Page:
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Misleading Advertising

A Factsheet from Social Security
Social Security Administration
SSA Publication No. 05-10005
July 1996

Misleading Advertising

Fraudulent and Misleading Ads

Countless consumers nationwide are victimized by misleading advertisers who use "Social Security" or "Medicare" to entice the public. Often, these companies offer Social Security services for a fee even though the same services are available directly from Social Security FREE OF CHARGE. These services include obtaining:

  • a revised Social Security card to show a bride's married name;
  • a Social Security card to replace a lost card;
  • a Personal Earnings and Benefit Estimate Statement (PEBES);
  • a Social Security number for a child or a newborn baby.

Other marketeers suggest that Social Security is in dire financial shape, and that people risk losing their Social Security or Medicare benefits unless they send a contribution or membership fee to the advertiser. These marketing practices clearly are misleading and deceiving our senior citizen population.

What Has Been Done To Combat Misleading Advertising?

There are two laws that deal specifically with misleading advertising:
  • Section 1140 of the Social Security Act prohibits non-government entities from using words that seemingly represent Social Security or the Health Care Financing Administration, the agency that runs Medicare, or emblems that suggest a government affiliation.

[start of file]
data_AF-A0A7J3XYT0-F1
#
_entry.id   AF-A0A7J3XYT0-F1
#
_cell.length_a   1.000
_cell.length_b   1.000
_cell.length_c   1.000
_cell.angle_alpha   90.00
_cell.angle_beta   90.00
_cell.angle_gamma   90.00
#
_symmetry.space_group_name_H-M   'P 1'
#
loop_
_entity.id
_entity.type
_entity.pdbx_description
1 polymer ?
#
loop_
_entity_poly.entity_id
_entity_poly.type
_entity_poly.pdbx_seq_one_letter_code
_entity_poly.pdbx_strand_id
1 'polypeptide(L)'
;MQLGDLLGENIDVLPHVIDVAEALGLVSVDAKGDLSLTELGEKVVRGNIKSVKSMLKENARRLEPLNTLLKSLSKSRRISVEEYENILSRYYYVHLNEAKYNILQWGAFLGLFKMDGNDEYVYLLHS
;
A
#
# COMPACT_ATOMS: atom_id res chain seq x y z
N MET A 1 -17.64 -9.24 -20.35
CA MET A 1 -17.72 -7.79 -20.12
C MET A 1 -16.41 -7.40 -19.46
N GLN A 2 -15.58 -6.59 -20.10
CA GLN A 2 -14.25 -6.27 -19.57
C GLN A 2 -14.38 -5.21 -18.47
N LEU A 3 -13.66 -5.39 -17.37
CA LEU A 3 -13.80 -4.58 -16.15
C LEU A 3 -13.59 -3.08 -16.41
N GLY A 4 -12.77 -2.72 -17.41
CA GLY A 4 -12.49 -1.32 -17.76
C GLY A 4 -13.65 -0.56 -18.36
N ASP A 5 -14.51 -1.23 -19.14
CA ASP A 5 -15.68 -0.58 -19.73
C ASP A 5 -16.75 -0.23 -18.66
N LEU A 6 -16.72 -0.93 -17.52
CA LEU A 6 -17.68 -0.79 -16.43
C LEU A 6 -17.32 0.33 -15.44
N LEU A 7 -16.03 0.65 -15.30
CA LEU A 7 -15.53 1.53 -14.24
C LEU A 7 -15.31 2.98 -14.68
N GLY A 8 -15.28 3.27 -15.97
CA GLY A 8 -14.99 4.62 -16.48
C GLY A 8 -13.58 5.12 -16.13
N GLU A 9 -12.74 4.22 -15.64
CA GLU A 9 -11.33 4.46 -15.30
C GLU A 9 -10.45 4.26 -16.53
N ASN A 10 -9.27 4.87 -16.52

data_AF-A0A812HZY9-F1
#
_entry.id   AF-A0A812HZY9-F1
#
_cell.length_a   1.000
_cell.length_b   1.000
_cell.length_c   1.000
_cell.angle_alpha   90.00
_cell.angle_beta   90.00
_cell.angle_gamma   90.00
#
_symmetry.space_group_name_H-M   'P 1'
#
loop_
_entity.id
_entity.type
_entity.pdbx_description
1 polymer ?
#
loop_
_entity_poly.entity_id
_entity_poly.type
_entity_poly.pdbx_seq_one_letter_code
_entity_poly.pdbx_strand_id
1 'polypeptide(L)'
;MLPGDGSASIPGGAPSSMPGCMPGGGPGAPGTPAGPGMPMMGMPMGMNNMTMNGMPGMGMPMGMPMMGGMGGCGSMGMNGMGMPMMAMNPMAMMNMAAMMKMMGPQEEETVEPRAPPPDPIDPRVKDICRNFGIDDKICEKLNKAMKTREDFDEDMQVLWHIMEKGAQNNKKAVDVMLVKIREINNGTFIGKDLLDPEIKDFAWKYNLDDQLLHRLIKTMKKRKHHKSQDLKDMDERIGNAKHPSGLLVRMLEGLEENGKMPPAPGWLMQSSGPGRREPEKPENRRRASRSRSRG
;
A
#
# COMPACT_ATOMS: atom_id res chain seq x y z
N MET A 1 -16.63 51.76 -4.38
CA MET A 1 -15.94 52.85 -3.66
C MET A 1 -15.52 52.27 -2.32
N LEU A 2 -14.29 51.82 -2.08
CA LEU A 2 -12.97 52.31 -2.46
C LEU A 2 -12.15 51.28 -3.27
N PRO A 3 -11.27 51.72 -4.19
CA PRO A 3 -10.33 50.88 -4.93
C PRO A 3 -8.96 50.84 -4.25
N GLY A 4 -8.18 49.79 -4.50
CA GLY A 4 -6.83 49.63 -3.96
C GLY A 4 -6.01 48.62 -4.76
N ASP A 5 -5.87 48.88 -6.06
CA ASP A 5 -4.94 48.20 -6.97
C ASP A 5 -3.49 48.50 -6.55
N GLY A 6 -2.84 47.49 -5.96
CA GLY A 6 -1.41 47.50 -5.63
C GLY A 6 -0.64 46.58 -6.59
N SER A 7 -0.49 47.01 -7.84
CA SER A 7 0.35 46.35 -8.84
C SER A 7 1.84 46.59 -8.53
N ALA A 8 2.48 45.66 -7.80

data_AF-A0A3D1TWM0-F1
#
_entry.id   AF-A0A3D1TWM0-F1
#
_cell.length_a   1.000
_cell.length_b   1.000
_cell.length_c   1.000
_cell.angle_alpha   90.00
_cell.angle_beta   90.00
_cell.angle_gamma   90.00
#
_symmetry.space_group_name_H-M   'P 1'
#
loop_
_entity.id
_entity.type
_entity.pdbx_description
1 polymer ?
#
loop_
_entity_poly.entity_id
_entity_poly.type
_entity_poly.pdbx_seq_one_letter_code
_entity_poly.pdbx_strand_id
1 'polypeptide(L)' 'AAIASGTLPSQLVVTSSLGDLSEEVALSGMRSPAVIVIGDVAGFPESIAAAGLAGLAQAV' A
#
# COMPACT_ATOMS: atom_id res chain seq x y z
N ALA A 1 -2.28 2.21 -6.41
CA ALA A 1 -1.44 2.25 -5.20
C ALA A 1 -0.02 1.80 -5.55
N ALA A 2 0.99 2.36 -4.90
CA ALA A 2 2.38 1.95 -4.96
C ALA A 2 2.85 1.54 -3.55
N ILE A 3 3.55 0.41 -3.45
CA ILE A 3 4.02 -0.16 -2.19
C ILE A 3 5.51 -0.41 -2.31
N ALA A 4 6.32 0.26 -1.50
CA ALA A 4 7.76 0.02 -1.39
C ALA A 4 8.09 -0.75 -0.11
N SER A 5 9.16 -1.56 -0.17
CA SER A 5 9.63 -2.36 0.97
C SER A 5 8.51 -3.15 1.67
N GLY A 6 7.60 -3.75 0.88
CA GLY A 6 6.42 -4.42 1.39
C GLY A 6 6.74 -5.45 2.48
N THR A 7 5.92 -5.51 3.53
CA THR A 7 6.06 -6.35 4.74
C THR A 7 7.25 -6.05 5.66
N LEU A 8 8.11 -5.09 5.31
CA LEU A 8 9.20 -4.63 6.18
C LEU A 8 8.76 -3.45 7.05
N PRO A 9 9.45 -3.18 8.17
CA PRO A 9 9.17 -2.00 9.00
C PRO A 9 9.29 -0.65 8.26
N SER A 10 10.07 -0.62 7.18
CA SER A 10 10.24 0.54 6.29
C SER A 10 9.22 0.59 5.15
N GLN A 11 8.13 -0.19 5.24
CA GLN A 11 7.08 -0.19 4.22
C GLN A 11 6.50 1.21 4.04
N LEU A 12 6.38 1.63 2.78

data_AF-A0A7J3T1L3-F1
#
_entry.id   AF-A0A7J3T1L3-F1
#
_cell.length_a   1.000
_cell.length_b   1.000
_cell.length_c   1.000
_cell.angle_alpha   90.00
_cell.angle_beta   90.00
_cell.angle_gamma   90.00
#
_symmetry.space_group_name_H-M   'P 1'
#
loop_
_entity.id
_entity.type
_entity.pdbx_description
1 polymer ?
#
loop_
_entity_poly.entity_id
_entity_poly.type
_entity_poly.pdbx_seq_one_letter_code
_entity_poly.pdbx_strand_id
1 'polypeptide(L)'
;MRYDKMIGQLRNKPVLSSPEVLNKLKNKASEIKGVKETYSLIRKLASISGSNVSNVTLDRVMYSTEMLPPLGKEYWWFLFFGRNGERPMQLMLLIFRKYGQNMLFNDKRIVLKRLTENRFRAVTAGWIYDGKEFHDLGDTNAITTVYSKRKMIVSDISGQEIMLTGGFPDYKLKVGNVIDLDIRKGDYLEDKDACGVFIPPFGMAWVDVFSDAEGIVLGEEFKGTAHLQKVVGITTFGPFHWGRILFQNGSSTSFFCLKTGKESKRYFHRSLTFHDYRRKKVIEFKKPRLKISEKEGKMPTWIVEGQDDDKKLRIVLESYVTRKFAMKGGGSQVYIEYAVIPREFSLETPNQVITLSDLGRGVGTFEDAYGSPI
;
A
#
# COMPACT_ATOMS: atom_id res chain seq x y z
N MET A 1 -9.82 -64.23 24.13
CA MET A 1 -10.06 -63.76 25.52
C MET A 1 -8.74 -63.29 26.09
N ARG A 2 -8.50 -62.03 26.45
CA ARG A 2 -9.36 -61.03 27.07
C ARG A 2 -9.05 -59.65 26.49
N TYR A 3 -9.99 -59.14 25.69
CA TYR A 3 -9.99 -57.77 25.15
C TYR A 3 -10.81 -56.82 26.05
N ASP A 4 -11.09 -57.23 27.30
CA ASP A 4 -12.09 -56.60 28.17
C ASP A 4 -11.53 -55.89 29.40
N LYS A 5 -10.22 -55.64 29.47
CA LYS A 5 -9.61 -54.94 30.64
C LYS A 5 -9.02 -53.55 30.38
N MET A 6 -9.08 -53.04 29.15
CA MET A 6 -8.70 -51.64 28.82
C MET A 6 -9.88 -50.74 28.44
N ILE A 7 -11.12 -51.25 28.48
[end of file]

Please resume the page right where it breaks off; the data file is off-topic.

• The Deceptive Mailings Prevention Act gives the United States Postal Service specific power to stop delivery of a mail-solicitation that may reasonably mislead the public to believe it comes from the government or is somehow approved by the government.
  • The Office of the Inspector General (OIG) reviews potentially misleading advertisements. Some 60 companies have voluntarily agreed to stop using ads we questioned, or have changed their ads to comply with section 1140 of the Social Security Act. Direct mail solicitations that do not fall under section 1140 will be referred by OIG to the Federal Trade Commission, the United States Postal Inspector, or appropriate State Attorney General's offices.

What To Do If You Suspect You Have Received Misleading Information

First, send the complete mailing, including the envelope, to:
Office of the Inspector General
Social Security Administration
6401 Security Boulevard
Room 300 Altmeyer Building
Baltimore, Maryland 21235

If it's more convenient, you can take the entire package to your local postmaster, or send a complaint that includes the package to:

Chief Postal Inspector
United States Postal Service
475 L'Enfant Plaza, S.W.
Washington, D.C. 20260-2100
Also, advise your State's Attorney General or Consumer Affairs Office and the Better Business Bureau in your area. Finally, remember -- SOCIAL SECURITY SERVICES ARE FREE.
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